How stress causes grey hair and what to do about it
Researchers found that the sympathetic nervous system is responsible for depleting the stem cells lining the hair follicles of their ability to colour hair.
Periods of high stress are often associated with greying of hair, a physical manifestation of the body’s reaction to the challenges it faces every day. We’ve all seen it happen to celebrities like Virat Kohli and MS Dhoni and much closer to home, to some of our grandparents and parents. Many of us have even experienced it first-hand.
Researchers at Harvard have now deduced the mechanism that accelerates depigmentation of the hair. While diet and genes also play a role, the researchers found that the sympathetic nervous system, which controls the fight or flight response, is responsible for depleting the stem cells lining the hair follicles of their ability to colour the hair. In other words, constant, acute stress does, in fact, cause our hair to turn grey - and now we know how.
The scientists used a process of elimination to arrive at their conclusions. At first, it was hypothesized that an immune attack on pigment-producing stem cells, or melanocytes, causes hair to grey. However, mice lacking immune cells also had their hair turn grey in the lab. The attention then turned to cortisol, which is released in the body in response to stress. But mice who had their adrenal glands removed (which produce cortisol) still produced grey hair when exposed to stress.
Eventually, they shifted their focus to the sympathetic nervous system. Sympathetic nerves are found in every hair follicle, and when the body is under stress they release a hormone called noradrenaline which is taken up by melanocytes. Some stem cells present in the hair follicles change to melanocytes when hair needs to be regenerated. What excess noradrenaline does though is overstimulate the stem cells and convert all of them to melanocytes. The reservoir of stem cells that can pigment the hair is therefore depleted too soon and can't be regenerated. As a result, the hair that sprouts from the follicle is robbed of colour and appears grey.
The findings are significant as they go to show how pervasive the effect of stress is on the body. While the fight or flight response is life-saving, if it is activated too often, it can have adverse effects such as this. A lot of research is focused on the many mechanisms of stress and the steps that can be taken to limit its self-sabotaging tendencies.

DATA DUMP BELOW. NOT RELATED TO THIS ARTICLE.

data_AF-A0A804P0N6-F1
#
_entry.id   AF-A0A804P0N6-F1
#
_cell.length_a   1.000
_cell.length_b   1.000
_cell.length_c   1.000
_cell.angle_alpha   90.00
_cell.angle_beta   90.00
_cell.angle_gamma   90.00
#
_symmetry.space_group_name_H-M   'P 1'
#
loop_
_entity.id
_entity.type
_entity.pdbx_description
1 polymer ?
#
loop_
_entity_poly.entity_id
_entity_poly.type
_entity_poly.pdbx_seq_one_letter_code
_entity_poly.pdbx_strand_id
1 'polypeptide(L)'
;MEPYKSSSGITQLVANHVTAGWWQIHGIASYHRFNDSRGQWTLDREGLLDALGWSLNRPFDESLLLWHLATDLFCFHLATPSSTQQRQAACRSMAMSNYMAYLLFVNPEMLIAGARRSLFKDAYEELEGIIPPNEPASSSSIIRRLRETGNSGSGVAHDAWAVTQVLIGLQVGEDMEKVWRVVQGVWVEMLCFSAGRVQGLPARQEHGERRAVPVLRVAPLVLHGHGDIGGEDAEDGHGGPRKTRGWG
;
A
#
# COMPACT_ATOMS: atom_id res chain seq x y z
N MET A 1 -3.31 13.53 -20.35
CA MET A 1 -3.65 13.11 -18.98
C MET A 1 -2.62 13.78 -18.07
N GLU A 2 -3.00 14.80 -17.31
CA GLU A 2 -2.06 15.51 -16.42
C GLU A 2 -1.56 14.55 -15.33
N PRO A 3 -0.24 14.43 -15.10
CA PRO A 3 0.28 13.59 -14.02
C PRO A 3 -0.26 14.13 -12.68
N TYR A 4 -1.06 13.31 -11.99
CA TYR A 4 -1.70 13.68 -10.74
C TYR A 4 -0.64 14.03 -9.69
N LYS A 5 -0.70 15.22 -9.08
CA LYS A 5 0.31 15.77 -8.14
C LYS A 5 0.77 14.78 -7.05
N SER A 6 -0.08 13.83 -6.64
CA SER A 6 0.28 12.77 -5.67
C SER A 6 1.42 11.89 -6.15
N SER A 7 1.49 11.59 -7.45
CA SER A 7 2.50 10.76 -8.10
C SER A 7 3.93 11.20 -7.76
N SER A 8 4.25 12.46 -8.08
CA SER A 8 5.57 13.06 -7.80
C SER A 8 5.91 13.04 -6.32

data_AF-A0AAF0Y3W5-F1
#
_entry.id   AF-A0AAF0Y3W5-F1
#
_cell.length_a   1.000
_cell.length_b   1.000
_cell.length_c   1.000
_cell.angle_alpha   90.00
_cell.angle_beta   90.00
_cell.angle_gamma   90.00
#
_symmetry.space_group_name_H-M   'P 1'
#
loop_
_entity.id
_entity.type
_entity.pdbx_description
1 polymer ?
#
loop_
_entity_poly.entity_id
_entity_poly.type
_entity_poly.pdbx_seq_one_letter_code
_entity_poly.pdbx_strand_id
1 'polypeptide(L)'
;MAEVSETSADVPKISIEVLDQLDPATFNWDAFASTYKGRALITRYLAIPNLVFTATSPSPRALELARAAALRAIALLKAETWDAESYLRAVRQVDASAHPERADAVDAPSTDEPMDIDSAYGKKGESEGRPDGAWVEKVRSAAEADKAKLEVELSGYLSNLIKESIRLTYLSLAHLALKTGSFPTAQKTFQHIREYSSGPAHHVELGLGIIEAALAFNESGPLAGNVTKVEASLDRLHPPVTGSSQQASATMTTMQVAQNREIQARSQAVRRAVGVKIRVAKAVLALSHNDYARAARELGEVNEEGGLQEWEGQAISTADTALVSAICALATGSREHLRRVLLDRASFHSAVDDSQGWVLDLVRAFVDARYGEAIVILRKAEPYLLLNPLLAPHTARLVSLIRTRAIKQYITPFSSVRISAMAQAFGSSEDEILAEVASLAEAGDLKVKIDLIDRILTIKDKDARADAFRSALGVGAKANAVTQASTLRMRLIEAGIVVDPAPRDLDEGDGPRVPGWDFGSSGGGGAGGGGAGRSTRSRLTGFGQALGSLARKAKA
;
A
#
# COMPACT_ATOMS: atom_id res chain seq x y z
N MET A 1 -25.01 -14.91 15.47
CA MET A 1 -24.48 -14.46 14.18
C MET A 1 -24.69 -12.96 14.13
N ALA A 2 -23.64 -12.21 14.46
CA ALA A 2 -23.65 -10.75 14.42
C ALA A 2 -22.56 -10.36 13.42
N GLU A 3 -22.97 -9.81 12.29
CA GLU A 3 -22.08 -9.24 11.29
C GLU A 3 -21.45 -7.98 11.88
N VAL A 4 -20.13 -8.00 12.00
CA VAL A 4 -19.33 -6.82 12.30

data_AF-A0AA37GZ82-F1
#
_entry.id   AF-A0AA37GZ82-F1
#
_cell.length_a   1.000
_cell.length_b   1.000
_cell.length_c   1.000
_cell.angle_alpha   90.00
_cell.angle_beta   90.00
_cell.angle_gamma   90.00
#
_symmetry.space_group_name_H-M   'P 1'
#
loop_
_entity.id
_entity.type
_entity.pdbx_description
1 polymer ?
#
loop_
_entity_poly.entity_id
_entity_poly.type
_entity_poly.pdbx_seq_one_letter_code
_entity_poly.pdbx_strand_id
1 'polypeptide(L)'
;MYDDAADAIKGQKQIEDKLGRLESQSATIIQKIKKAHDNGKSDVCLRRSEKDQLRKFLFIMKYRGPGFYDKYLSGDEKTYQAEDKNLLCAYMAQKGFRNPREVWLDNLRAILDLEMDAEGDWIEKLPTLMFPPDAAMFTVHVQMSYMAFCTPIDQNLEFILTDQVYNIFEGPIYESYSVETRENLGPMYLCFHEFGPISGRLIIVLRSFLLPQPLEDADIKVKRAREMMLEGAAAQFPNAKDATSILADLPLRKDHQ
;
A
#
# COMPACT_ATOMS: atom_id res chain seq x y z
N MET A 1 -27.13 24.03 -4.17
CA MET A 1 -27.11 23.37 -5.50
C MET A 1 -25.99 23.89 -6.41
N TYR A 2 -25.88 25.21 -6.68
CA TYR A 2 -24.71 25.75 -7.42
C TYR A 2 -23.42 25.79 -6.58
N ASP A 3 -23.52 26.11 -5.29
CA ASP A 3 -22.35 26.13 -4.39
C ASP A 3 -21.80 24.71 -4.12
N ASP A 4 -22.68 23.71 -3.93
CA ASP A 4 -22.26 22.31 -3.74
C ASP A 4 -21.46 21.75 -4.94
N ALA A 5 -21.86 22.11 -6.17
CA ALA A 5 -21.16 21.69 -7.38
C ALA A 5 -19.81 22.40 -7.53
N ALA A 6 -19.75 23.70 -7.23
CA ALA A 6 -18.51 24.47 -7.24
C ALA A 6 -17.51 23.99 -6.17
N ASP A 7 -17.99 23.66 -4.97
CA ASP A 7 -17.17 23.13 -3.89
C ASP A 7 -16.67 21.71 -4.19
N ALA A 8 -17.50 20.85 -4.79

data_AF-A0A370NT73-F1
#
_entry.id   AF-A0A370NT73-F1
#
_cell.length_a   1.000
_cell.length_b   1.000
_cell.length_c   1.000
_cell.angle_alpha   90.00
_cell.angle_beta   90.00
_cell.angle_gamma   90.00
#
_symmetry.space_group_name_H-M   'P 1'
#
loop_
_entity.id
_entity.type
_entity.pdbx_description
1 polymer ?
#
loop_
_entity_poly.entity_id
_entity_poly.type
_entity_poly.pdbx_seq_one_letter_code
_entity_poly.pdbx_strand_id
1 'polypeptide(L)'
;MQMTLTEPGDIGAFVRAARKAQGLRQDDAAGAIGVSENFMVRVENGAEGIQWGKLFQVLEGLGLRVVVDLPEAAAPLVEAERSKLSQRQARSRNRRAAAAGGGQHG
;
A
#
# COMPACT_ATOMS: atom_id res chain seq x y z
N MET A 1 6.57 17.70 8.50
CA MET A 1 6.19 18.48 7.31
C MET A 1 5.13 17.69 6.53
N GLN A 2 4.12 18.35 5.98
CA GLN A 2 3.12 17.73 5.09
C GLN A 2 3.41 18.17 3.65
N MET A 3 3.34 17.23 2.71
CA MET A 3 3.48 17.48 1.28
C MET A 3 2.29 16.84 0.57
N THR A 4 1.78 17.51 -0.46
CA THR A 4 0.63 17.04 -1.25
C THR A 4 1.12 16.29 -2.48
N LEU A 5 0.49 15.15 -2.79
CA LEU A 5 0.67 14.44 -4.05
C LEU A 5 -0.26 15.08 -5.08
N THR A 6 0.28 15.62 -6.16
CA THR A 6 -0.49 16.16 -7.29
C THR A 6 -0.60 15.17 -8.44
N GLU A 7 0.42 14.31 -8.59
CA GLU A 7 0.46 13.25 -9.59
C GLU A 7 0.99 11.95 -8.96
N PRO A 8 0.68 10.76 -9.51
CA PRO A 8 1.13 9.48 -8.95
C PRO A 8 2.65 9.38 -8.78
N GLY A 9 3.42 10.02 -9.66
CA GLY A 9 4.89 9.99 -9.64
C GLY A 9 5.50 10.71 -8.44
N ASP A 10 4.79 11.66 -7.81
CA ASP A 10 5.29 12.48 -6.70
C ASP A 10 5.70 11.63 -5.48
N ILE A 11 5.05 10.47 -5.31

Here is a list of small steps you can take on your own to lower your stress levels:
1. Practice deep breathing: Take some time out during your busy day and slow yourself down by taking intentional, deep breaths. This will have a calming effect on your anxieties, bring down heart rate, and help you put things in perspective as you focus more on yourself.
2. Exercise in a sustainable way: Make working out a part of your routine - it doesn’t have to be something high-intensity like weightlifting. Even a short, brisk walk or 20 minutes of yoga will release the feel-good endorphins, assist your sleep, and make you feel more balanced.
3. Listen to your favourite songs: Listening to music is therapeutic since it has the power to distract and take you away from your surroundings. It also lowers activity in the amygdala - the centre that processes fear, amongst other emotions. In other words, your mind really is in a more restful state when you listen to music you like.
4. Progressive muscle relaxation: You can try this at home when you're in bed or when you're stuck at your desk in the office. Focus on a body part, and tense it for at least 10 seconds. Then gradually let go. It is a great technique to help you unwind and reduce stress.
5. Follow your creative impulse: Try your hand at drawing, sketching, painting, or even journaling if you like to write. Don’t worry about being a great artist, just let your mind wander on the canvas. Performing activities where you’re in charge might make you feel better about yourself and calm your nerves as well.
For more information, read our article on Stress: Symptoms, Types, Prevention and Treatment.
Health articles in Firstpost are written by myUpchar.com, India’s first and biggest resource for verified medical information. At myUpchar, researchers and journalists work with doctors to bring you information on all things health.
The information provided here is intended to provide free education about certain medical conditions and certain possible treatment. It is not a substitute for examination, diagnosis, treatment, and medical care provided by a licensed and qualified health professional. If you believe you, your child or someone you know suffers from the conditions described herein, please see your health care provider immediately. Do not attempt to treat yourself, your child, or anyone else without proper medical supervision. You acknowledge and agree that neither myUpchar nor firstpost is liable for any loss or damage which may be incurred by you as a result of the information provided here, or as a result of any reliance placed by you on the completeness, accuracy or existence of any information provided herein.
Amazon's Crucible is designed to be Twitch-friendly, but what exactly makes watching others play video games so popular?
As Amazon releases Crucible, designed with the gaming live-streaming platform Twitch in mind, understanding why watching people play video games is so popular
Some foods boost the levels of serotonin and other foods reduce the levels of cortisol and adrenaline. By including both in our diet, we can control stress.
Listening to pleasing sounds or repetitive tones is associated with lowering anxiety and stress, reducing blood pressure and entering a state of relaxation.